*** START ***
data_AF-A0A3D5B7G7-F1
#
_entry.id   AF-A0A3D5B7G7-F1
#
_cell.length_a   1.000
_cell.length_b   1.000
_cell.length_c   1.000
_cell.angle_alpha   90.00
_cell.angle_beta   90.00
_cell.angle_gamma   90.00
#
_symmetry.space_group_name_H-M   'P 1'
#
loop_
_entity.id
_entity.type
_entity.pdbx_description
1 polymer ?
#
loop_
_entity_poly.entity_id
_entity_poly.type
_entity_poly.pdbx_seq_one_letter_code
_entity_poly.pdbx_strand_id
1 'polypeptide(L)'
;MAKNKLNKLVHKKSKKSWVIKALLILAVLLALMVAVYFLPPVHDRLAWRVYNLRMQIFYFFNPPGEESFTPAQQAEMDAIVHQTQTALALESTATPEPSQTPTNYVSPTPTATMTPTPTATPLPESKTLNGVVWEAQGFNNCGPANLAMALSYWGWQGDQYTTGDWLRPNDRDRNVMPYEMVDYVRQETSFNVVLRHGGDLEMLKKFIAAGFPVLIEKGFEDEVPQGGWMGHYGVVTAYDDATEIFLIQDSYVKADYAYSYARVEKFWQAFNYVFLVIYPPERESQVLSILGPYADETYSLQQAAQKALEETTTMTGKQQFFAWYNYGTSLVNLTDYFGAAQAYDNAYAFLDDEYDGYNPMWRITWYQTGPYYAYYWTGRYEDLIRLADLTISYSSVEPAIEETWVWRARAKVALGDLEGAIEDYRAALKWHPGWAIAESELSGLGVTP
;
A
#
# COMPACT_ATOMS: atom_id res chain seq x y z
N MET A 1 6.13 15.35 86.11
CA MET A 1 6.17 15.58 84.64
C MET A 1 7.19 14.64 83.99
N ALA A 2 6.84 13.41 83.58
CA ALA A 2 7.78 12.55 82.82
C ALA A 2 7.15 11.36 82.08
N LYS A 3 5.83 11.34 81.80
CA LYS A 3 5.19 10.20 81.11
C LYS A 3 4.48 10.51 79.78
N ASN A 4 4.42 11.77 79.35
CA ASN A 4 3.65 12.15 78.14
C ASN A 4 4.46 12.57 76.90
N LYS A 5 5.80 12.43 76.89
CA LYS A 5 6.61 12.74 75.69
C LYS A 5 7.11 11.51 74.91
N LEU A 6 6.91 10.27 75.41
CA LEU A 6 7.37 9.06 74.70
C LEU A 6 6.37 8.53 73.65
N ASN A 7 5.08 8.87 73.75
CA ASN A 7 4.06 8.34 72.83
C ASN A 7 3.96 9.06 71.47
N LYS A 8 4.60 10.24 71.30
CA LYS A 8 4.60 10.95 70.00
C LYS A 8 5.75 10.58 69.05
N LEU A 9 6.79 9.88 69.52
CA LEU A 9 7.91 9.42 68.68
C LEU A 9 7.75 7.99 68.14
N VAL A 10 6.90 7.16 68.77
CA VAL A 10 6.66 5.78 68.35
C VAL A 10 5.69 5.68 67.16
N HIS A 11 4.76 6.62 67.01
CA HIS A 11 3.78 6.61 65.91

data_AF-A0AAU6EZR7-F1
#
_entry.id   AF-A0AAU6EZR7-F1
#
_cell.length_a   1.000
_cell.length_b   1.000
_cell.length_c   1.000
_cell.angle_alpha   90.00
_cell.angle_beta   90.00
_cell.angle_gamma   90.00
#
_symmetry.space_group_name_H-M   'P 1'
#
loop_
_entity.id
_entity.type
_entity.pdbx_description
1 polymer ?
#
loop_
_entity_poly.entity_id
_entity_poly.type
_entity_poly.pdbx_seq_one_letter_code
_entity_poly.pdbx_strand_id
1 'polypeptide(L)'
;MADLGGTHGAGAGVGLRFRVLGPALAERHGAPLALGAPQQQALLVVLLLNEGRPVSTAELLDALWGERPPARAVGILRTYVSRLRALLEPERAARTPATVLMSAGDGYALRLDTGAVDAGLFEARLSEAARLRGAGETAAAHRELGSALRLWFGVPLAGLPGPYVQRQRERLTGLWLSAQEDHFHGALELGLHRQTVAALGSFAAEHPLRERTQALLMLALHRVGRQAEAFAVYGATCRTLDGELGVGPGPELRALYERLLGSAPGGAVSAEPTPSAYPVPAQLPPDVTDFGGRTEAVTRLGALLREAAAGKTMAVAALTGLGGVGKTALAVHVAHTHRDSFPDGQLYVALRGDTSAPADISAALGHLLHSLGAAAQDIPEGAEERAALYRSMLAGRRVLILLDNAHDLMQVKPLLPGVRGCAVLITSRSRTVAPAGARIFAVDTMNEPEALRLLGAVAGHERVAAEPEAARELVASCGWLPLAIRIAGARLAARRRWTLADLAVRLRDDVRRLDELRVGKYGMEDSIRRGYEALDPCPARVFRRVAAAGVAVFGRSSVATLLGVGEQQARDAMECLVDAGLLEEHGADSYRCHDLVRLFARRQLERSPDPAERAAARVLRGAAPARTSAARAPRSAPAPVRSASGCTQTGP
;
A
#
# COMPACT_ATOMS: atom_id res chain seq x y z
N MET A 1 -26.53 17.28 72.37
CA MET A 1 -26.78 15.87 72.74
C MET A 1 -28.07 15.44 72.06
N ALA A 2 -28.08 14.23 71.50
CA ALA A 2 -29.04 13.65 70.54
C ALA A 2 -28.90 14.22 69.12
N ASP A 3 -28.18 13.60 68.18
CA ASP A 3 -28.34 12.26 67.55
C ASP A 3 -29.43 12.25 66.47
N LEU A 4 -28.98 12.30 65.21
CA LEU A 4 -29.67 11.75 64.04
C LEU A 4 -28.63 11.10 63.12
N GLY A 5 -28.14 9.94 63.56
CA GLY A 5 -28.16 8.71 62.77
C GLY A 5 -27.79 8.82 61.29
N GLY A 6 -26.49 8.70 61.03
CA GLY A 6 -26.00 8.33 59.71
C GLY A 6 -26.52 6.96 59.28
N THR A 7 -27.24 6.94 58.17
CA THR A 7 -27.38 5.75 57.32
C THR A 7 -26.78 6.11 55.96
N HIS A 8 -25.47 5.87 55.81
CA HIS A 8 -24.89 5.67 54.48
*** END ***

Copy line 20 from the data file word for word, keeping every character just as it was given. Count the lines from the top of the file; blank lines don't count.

loop_